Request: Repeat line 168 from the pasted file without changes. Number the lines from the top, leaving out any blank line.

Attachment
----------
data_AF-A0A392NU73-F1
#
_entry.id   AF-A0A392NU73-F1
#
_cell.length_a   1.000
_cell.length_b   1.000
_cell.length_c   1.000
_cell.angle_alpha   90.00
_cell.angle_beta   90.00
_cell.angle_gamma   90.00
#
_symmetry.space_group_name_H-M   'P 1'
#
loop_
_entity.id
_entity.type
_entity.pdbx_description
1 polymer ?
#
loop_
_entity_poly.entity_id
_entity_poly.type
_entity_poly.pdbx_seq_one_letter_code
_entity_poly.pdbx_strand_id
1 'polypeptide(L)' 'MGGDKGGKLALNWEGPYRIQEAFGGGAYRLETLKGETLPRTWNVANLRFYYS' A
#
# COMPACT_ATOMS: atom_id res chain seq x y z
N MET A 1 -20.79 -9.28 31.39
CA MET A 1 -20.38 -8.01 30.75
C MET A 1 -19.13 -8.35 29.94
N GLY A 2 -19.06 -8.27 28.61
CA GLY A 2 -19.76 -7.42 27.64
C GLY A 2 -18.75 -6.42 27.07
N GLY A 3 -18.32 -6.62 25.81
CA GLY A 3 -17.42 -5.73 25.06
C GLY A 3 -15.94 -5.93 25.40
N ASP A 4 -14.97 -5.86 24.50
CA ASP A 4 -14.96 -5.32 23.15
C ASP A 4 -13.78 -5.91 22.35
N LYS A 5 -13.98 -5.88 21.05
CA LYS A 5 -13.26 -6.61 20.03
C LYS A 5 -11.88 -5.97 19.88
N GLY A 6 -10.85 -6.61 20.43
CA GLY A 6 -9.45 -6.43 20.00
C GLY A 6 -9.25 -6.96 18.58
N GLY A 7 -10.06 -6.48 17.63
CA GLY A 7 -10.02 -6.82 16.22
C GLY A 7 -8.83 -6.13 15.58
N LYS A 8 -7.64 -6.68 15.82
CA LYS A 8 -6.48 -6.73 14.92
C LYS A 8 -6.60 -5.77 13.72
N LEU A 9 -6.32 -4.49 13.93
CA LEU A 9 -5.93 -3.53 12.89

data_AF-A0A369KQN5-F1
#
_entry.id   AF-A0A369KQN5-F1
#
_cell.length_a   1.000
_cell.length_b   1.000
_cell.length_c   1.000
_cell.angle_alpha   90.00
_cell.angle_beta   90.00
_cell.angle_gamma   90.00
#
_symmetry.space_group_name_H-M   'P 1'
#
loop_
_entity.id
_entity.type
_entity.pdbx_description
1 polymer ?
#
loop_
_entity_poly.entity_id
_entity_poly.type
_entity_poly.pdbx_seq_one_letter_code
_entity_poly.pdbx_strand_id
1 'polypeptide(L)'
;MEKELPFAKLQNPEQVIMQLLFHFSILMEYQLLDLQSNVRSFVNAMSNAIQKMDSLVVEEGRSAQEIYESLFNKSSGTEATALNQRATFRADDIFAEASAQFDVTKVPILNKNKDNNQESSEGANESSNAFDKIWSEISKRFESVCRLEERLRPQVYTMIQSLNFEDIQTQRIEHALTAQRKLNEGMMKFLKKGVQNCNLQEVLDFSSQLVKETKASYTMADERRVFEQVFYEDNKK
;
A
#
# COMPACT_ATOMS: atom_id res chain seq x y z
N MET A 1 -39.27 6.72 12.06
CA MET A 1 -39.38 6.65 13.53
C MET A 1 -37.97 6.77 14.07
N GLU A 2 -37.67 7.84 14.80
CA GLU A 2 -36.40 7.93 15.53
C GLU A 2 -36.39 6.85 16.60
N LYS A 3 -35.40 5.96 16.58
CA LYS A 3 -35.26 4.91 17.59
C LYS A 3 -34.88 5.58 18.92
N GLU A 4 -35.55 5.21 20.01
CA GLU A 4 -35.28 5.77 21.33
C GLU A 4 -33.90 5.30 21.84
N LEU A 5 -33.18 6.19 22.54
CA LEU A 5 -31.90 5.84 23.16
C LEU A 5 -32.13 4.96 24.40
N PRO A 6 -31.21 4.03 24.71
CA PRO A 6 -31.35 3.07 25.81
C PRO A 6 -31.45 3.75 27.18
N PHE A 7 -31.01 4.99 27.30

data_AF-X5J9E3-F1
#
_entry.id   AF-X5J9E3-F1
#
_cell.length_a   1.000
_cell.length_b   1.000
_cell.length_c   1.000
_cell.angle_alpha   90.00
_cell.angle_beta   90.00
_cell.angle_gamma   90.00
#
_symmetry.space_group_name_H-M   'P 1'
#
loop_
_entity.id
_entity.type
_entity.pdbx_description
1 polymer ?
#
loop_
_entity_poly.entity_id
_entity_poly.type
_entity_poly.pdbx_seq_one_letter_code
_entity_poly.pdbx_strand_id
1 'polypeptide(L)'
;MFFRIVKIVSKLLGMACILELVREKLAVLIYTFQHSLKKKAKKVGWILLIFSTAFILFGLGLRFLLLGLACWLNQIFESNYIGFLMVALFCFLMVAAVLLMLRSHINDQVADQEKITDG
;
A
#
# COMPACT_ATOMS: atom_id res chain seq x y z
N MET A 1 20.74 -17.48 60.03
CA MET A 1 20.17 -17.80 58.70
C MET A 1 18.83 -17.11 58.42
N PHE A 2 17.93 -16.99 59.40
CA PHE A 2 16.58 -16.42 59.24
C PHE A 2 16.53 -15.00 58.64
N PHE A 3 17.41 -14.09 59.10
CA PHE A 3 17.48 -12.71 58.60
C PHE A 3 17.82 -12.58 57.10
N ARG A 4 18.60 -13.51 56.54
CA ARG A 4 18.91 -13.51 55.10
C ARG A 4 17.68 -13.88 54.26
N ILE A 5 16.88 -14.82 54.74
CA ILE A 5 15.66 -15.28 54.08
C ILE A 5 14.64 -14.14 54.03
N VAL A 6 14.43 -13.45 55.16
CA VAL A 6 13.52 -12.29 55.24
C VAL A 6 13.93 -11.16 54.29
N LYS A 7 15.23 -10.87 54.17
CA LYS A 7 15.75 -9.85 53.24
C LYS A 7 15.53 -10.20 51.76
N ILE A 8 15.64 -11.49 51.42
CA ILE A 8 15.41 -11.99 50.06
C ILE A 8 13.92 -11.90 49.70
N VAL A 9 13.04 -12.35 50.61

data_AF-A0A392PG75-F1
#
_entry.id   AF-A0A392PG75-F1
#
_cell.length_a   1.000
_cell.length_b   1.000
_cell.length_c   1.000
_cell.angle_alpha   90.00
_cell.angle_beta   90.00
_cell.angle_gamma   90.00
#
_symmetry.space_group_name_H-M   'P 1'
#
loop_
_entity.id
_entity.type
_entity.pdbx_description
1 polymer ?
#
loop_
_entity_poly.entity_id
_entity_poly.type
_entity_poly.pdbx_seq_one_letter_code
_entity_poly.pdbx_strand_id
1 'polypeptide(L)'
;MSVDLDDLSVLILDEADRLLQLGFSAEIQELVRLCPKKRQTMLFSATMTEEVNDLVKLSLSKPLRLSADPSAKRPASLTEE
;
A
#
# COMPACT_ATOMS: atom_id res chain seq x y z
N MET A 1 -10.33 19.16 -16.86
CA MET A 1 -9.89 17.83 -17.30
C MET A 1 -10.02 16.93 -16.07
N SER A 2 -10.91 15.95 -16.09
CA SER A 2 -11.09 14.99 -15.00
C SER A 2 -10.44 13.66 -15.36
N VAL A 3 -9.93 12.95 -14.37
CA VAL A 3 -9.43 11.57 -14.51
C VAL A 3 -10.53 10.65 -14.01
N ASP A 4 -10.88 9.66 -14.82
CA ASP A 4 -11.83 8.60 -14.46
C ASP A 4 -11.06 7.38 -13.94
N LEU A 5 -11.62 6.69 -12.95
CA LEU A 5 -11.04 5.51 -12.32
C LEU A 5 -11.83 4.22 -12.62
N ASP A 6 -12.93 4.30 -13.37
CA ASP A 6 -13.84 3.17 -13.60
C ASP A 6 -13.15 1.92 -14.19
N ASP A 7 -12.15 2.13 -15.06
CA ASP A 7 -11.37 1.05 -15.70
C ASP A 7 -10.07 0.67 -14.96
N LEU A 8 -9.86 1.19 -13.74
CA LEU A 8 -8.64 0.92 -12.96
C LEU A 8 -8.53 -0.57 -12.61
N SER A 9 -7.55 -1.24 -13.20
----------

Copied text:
#